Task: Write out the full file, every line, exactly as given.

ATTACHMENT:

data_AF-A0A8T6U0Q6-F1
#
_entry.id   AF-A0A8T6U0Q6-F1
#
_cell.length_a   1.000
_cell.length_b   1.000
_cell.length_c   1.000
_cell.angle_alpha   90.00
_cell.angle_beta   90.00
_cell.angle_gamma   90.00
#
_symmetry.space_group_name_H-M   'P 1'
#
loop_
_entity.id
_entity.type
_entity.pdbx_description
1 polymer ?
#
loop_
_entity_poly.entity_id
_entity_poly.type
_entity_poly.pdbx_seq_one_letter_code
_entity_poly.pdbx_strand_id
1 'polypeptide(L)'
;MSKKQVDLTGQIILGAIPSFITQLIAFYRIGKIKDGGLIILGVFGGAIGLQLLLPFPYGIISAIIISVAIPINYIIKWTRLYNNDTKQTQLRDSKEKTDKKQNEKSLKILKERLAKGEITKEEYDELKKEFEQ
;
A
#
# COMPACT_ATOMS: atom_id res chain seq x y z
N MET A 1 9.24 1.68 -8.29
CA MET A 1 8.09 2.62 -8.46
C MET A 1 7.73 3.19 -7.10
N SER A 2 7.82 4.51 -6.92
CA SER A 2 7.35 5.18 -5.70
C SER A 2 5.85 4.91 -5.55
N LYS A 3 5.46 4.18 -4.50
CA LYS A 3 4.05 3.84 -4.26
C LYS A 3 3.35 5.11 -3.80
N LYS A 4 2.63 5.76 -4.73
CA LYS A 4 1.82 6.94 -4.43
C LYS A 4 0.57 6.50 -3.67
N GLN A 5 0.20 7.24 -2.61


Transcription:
data_AF-A0A8T6U0Q6-F1
#
_entry.id   AF-A0A8T6U0Q6-F1
#
_cell.length_a   1.000
_cell.length_b   1.000
_cell.length_c   1.000
_cell.angle_alpha   90.00
_cell.angle_beta   90.00
_cell.angle_gamma   90.00
#
_symmetry.space_group_name_H-M   'P 1'
#
loop_
_entity.id
_entity.type
_entity.pdbx_description
1 polymer ?
#
loop_
_entity_poly.entity_id
_entity_poly.type
_entity_poly.pdbx_seq_one_letter_code
_entity_poly.pdbx_strand_id
1 'polypeptide(L)'
;MSKKQVDLTGQIILGAIPSFITQLIAFYRIGKIKDGGLIILGVFGGAIGLQLLLPFPYGIISAIIISVAIPINYIIKWTRLYNNDTKQTQLRDSKEKTDKKQNEKSLKILKERLAKGEITKEEYDELKKEFEQ
;
A
#
# COMPACT_ATOMS: atom_id res chain seq x y z
N MET A 1 9.24 1.68 -8.29
CA MET A 1 8.09 2.62 -8.46
C MET A 1 7.73 3.19 -7.10
N SER A 2 7.82 4.51 -6.92
CA SER A 2 7.35 5.18 -5.70
C SER A 2 5.85 4.91 -5.55
N LYS A 3 5.46 4.18 -4.50
CA LYS A 3 4.05 3.84 -4.26
C LYS A 3 3.35 5.11 -3.80
N LYS A 4 2.63 5.76 -4.73
CA LYS A 4 1.82 6.94 -4.43
C LYS A 4 0.57 6.50 -3.67
N GLN A 5 0.20 7.24 -2.61